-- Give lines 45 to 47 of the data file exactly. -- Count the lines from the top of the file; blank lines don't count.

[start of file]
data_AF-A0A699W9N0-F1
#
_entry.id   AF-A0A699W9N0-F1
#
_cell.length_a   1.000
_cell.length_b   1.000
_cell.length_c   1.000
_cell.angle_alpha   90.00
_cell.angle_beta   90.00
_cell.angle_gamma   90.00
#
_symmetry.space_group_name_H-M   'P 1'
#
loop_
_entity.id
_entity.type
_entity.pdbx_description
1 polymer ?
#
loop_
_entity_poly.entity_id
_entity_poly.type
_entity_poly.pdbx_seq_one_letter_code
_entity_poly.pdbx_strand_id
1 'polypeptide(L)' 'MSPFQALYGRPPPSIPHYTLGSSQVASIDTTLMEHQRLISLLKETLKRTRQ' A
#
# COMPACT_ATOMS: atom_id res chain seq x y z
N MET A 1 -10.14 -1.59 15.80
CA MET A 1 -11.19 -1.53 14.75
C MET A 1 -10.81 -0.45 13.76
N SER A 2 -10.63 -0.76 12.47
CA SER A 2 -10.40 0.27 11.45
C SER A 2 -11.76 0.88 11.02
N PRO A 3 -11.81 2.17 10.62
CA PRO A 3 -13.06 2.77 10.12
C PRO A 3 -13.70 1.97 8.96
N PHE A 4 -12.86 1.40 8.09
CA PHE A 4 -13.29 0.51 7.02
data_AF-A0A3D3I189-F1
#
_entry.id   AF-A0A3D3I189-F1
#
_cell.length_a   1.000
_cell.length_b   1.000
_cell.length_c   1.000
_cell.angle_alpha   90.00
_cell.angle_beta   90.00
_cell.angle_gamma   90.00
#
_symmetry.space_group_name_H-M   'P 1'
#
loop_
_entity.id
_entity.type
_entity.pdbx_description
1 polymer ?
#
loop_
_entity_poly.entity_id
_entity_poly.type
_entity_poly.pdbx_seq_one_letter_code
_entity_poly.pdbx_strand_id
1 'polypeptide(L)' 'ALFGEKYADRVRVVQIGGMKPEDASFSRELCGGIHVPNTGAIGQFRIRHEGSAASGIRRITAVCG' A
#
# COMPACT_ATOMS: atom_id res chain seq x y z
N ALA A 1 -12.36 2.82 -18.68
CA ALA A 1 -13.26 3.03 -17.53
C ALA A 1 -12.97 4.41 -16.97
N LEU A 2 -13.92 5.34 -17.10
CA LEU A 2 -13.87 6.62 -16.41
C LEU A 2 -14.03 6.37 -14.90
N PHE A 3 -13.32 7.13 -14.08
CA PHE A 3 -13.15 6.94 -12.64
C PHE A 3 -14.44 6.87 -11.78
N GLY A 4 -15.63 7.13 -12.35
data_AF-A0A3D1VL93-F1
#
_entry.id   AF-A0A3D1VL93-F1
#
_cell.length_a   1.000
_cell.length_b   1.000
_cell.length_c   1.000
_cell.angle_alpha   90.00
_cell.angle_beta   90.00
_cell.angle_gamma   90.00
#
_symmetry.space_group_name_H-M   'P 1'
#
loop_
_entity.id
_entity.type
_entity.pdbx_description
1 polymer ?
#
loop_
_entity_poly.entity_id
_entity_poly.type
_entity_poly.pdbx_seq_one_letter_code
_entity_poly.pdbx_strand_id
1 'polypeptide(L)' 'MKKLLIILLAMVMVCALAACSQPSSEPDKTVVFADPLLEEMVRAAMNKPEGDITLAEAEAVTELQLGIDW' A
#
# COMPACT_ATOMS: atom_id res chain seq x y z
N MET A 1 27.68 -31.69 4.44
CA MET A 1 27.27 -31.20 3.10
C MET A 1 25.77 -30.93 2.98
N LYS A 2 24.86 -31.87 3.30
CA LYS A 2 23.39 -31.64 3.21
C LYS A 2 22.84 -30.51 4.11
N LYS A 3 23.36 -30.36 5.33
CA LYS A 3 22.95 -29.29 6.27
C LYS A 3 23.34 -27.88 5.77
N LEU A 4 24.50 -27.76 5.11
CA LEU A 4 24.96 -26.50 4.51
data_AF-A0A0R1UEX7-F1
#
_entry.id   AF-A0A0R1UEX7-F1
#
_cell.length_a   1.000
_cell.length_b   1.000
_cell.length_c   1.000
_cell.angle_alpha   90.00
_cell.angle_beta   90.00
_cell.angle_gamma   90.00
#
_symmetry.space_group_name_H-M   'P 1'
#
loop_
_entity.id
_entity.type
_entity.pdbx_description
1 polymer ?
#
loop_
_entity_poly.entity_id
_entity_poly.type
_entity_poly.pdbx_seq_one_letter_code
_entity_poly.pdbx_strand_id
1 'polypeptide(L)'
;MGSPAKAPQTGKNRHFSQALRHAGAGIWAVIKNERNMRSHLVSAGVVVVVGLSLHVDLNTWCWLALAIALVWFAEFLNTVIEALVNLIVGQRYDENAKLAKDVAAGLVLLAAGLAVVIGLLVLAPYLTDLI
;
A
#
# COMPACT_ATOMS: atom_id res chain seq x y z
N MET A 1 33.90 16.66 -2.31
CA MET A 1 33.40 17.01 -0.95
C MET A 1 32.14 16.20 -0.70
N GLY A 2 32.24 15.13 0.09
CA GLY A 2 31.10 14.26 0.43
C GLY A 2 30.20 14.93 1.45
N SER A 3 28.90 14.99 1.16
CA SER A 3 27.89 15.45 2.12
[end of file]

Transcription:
_cell.length_c   1.000
_cell.angle_alpha   90.00
_cell.angle_beta   90.00